The VA recognizes service-related anxiety and depression as disabilities, making a Veteran eligible to receive monthly benefits. However, the severity of these mental health issues can have a big impact on the disability rating that the VA gives to a Veteran. The VA gives each Veteran who applies for disability benefits a rating between 0 and 100. This disability score represents how much a Veteran’s service-related disability affects their ability to live. The more severe a Veteran’s disability is, the higher their rating from the VA will be.
Because anxiety and depression can vary in severity from person to person, the VA’s disability ratings for these conditions can vary as well. If a Veteran is suffering from anxiety or depression that is so severe that it makes it impossible for them to work or socialize, the VA is much more likely to give that Veteran a higher score, potentially even the highest possible rating. If mental health issues are making it extremely hard for you to work and live a life that you love, you deserve to receive the support you need from the VA to take care of yourself and your loved ones as you recover.
Schizophrenia and Bipolar Disorder in Veterans
If you are a Veteran with schizophrenia or bipolar disorder, the VA will likely give you a higher disability rating. These conditions can be debilitating, often making it difficult for a Veteran to maintain a job. In situations where a disability makes a Veteran unemployable, they can qualify for a status called Total Disability based on Individual Unemployability (TDIU). TDIU can help to verify to the VA that you should qualify for a 100% disability rating because your condition is so severe that it makes you unable to work.
What if the VA Gives Me a Rating That Is Too Low?
In a situation where you need support from the VA in order to take care of yourself, it is worth it to do everything you can to get the disability rating you deserve. When you need your disability rating raised, there are some key steps you can take to contest the VA’s ruling on your claim.
If the VA gives you a rating that is too low, you have the right to enlist the support of an attorney to appeal the decision or request a decision review. If you appeal, the VA will revisit your case and may come to a different conclusion that leads to a better outcome for you. Decision reviews sometimes involve the VA asking you to present further evidence to support your claim, such as testimonials from fellow soldiers or a statement from your doctor. A decision review can also involve having a senior VA official look at your claim, leading to a different ruling.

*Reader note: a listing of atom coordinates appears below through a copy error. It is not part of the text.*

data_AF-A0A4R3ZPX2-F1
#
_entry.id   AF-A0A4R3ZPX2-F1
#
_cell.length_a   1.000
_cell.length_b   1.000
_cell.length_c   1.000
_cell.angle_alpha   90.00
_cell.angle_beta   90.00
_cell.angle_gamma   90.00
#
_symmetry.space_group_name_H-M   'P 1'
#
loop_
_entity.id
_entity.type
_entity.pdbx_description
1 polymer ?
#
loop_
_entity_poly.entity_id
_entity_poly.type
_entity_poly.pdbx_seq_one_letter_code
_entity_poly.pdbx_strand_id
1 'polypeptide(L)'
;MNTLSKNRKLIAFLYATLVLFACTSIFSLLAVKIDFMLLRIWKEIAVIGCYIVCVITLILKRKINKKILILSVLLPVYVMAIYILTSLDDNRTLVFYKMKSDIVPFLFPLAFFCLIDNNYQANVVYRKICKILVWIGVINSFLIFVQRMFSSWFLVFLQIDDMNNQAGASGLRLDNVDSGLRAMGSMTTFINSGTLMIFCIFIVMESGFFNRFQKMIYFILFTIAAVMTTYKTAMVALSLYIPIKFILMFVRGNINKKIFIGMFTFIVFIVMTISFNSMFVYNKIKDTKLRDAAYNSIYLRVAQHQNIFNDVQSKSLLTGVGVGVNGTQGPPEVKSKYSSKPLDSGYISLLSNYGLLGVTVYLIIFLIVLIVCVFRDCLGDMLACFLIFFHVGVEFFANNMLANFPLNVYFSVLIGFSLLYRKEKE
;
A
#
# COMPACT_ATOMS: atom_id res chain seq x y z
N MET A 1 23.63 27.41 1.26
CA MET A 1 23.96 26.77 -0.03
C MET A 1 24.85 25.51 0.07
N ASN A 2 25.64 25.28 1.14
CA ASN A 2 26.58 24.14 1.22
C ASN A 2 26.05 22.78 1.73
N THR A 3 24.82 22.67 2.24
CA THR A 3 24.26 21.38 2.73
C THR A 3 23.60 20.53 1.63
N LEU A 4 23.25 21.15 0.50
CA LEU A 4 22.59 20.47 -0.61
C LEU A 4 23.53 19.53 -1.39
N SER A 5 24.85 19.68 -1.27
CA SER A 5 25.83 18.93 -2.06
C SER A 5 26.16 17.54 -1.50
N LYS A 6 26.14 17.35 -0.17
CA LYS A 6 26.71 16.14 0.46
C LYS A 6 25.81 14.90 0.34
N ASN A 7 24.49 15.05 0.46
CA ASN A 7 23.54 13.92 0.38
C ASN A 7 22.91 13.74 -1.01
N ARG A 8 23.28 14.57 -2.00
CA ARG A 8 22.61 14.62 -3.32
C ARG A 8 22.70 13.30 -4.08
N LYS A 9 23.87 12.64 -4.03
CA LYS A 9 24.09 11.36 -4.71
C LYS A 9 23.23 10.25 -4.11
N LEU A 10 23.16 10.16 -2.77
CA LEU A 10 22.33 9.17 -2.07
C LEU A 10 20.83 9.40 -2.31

If a decision review does not leave you with the rating you deserve, you can continue to contest the VA’s ruling by making another appeal. With the help of an experienced attorney, you can successfully make a case in court to the VA that you deserve to have a higher disability rating. An attorney can help you compile evidence and navigate the appeals process in order to get the best possible outcome.
In some cases, the VA does not give an accurate rating to a Veteran suffering from a mental health condition. Mental illness is often especially difficult for the VA to assess, and you can end up getting fewer benefits than you deserve based on an inaccurate rating. You shouldn’t have to fight with the VA to get the support that you need and deserve, but when you do, one of our team of skilled attorneys is here to help.
Berry Law exists to provide Veterans with all of the help and support they need in appealing VA decisions and getting the benefits they deserve. If you are a Veteran suffering from a mental illness and need help making an appeal, we’re here to team up with you. We can help walk you through the appeals process no matter how far it goes, representing you at any level – from your regional VA office to higher courts. Appeals can go through multiple stages, and we want to stick with you all the way through, helping you to compile the evidence you need to support your claim and get the outcome that you deserve. Call Berry Law today to schedule a free case evaluation.
Established in 1965 by Vietnam War veteran and attorney John Stevens Berry Sr., Berry Law Firm is a team of veterans dedicated to defending, safeguarding, and fighting to protect the rights of veterans. Over the decades, thousands of veterans from across the country and all branches of the military have trusted our firm with their cases and, more importantly, their futures.